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Today's Stichomancy for Sergio Leone

The first excerpt represents the past or something you must release, and is drawn from Familiar Studies of Men and Books by Robert Louis Stevenson:

and was now resigned to the provincial Government on a lesser count, as a Ronyin or feudal rebel. But, however that may be, the change was of great importance to Yoshida; for by the influence of his admirers in the Daimio's council, he was allowed the privilege, underhand, of dwelling in his own house. And there, as well to keep up communication with his fellow-reformers as to pursue his work of education, he received boys to teach. It must not be supposed that he was free; he was too marked a man for that; he was probably assigned to some small circle, and lived, as we should say, under police surveillance; but to him, who had done so much

The second excerpt represents the present or the deciding factor of the moment, and is drawn from A Modest Proposal by Jonathan Swift:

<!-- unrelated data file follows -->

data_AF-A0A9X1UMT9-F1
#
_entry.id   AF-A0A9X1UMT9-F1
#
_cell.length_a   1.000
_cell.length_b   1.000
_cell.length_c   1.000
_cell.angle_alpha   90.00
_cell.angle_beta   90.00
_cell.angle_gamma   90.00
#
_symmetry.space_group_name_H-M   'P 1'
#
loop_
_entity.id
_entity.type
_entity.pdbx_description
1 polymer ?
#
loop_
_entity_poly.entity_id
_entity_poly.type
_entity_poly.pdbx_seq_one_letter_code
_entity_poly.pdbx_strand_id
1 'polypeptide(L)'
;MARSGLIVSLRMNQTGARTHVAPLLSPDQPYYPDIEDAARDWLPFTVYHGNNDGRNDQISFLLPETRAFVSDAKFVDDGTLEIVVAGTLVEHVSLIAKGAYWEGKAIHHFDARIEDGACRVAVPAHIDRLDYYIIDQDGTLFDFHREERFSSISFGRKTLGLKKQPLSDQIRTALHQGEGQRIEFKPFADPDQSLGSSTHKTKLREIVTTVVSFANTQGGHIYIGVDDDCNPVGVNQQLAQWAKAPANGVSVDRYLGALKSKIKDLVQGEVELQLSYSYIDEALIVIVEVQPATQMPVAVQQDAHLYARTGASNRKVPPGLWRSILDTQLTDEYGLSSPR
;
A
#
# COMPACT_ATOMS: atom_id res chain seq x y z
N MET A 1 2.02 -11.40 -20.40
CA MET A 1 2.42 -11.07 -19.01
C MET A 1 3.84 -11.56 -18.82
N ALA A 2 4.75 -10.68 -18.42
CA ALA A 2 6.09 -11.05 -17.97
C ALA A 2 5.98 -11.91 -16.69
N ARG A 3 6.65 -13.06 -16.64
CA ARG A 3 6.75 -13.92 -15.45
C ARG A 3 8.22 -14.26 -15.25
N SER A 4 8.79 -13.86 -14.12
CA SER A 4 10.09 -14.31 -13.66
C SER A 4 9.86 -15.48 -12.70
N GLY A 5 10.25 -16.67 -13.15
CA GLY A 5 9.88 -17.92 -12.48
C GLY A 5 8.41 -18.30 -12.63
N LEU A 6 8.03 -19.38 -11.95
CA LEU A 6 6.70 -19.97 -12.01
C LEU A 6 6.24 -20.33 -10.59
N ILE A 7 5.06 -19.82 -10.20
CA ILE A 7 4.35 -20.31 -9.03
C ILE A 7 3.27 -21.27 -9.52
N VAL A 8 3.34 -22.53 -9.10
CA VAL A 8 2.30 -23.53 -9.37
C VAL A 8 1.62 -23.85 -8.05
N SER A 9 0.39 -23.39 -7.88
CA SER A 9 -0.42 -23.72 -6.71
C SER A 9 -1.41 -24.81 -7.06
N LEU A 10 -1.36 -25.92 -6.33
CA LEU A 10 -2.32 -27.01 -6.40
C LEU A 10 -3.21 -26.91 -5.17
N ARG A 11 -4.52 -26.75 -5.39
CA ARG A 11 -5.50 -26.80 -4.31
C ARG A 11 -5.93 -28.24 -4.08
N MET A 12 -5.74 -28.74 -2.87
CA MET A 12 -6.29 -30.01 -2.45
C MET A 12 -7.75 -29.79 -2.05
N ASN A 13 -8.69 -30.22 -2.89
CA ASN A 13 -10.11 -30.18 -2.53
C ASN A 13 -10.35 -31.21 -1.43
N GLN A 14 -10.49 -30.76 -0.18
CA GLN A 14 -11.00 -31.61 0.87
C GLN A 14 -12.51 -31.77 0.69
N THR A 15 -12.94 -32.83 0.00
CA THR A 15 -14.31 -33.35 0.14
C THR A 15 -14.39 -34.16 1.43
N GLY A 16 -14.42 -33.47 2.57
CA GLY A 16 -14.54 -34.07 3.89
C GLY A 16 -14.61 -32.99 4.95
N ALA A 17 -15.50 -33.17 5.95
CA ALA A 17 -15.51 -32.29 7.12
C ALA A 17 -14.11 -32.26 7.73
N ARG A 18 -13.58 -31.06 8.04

I do therefore humbly offer it to publick consideration, that of the hundred and twenty thousand children, already computed, twenty thousand may be reserved for breed, whereof only one fourth part to be males; which is more than we allow to sheep, black cattle, or swine, and my reason is, that these children are seldom the fruits of marriage, a circumstance not much regarded by our savages, therefore, one male will be sufficient to serve four females. That the remaining hundred thousand may, at a year old, be offered in sale to the persons of quality and fortune, through the kingdom, always advising the mother to let them suck plentifully in the last month, so as to render them plump, and

A Modest Proposal
The third excerpt represents the future or something you must embrace, and is drawn from Give Me Liberty Or Give Me Death by Patrick Henry:

darken our land. Are fleets and armies necessary to a work of love and reconciliation? Have we shown ourselves so unwilling to be reconciled that force must be called in to win back our love? Let us not deceive ourselves, sir. These are the implements of war and subjugation; the last arguments to which kings resort. I ask gentlemen, sir, what means this martial array, if its purpose be not to force us to submission? Can gentlemen assign any other possible motive for it? Has Great Britain any enemy, in this quarter of the world, to call for all this accumulation of navies and armies? No, sir, she has none. They are meant for us: they can be meant for no other. They are sent over to bind and rivet upon us those chains which the British ministry have been so long forging. And what have we to oppose to them?